A file picture of Marievale community members picketing outside the Gauteng High Court, Pretoria. Picture: Brenda Masilela/ANA
A file picture of Marievale community members picketing outside the Gauteng High Court, Pretoria. Picture: Brenda Masilela/ANA

Stop intimidating Marievale army base residents, judge orders

By Zelda Venter Time of article published Aug 3, 2020

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Pretoria - The Gauteng High Court, Pretoria, has ordered the SANDF to leave residents of Happiness Village in the Marievale army base outside Nigel alone.

The court was so displeased with the conduct of the SANDF harassing and intimidating these residents, that it also issued a special costs order against the defence force.

The continued intimidation and harassment of these residents have been the topic of several court orders since the legal wrangle started in 2017.

Judge Brenda Neukircher ordered an immediate stop to the intimidation and harassment and declared the restrictions placed on the movement of these residents unlawful. She also ordered that a gate which kept these residents isolated be dismantled. In terms of the order, the SANDF must stay out of Happiness Village.

The residents have been at the receiving end of the SANDF conduct for years, as the soldiers are trying to remove them from the base. The SANDF is of the opinion that Marievale is exclusively an army base, despite earlier orders that they may not simply evict these residents - most of whom have stayed there for years.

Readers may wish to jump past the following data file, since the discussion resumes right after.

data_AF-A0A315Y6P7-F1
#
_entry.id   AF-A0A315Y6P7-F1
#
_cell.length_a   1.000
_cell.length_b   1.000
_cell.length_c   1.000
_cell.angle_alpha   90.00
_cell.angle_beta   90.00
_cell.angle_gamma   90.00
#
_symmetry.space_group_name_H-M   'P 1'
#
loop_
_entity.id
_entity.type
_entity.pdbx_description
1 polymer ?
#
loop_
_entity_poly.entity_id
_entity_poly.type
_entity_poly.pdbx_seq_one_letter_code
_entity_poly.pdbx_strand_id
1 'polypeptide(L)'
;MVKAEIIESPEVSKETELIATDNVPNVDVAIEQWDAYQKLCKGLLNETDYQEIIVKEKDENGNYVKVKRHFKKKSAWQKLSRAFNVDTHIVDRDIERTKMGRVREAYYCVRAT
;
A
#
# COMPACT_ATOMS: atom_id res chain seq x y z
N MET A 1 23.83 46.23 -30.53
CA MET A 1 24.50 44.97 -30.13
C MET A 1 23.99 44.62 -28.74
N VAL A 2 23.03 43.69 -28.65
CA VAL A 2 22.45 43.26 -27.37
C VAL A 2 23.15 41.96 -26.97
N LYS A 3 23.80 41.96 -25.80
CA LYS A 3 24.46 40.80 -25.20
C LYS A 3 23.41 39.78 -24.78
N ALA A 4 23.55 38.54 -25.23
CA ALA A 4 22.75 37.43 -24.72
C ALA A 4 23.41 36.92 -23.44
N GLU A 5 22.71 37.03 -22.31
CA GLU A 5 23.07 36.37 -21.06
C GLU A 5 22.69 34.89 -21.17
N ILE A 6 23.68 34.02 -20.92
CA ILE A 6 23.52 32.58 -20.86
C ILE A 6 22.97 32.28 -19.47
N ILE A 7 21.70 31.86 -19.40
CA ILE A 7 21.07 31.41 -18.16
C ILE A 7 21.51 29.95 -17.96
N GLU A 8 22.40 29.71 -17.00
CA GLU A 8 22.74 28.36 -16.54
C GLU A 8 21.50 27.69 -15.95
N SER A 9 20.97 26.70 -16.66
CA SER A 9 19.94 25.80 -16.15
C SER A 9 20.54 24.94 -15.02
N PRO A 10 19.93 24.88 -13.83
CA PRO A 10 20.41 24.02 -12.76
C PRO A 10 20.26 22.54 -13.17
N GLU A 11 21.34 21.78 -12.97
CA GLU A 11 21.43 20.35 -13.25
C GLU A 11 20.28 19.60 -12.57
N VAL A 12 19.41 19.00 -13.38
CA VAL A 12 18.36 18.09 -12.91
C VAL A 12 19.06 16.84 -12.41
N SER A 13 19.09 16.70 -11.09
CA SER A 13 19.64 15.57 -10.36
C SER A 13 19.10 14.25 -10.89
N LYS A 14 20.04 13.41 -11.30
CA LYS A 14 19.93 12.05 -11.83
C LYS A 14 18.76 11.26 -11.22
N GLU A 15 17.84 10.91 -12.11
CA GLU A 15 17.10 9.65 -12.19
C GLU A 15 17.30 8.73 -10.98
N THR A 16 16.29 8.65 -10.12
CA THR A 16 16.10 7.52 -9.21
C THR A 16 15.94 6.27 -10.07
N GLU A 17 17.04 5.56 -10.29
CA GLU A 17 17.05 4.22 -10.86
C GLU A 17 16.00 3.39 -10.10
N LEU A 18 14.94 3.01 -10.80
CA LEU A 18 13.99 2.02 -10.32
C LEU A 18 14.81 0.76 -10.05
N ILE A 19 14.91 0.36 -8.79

This is the second time during the Covid-19 lockdown that Lawyers for Human Rights, who is assisting the residents, had to turn to court.

The residents said that despite the pandemic the evictions and harassment continued. It became so bad, they said, that they were virtually prevented from leaving their homes.

Even Lawyers for Human Rights tried to consult with the residents, but battled to obtain permission to enter the village. Paul Verryn, former bishop of the Central Methodist Church in Joburg and the community’s spiritual adviser, told the court in an affidavit that these people were severely traumatised by the conduct of the SANDF. “They are deeply anxious and most of them speak of depression and a loss of the will to live.”

He said they felt they were being bullied and had no idea what they had done to deserve this disrespect.

Verryn said he was shocked by the aggressiveness he and the lawyers were met with by an SANDF major when they arrived at the base to speak to the residents.

The residents recently reported that from early in the morning soldiers fired flares and discharged rifles and other firearms around Happiness Village. None of the residents were given any prior notice or warning and it left the community, which included children and elderly people, in shock. Several shells from these projectiles and flares were picked up by residents.

The SANDF insisted that it was a military base and that they were allowed to conduct military exercises. Also, due to the Covid-19 restrictions, they were allowed to ensure the residents did not move around.

The SA Human Rights Defenders Network and the International Court of Justice have meanwhile written to the UN Special Rapporteur and the chairperson of the African Commission on Human and People’s Rights alerting them of the treatment by the SANDF of these residents. The letter said it seemed as if the soldiers' conduct was aimed at making the residents’ lives intolerable so as to secure their evictions “through the back door”.

Pretoria News

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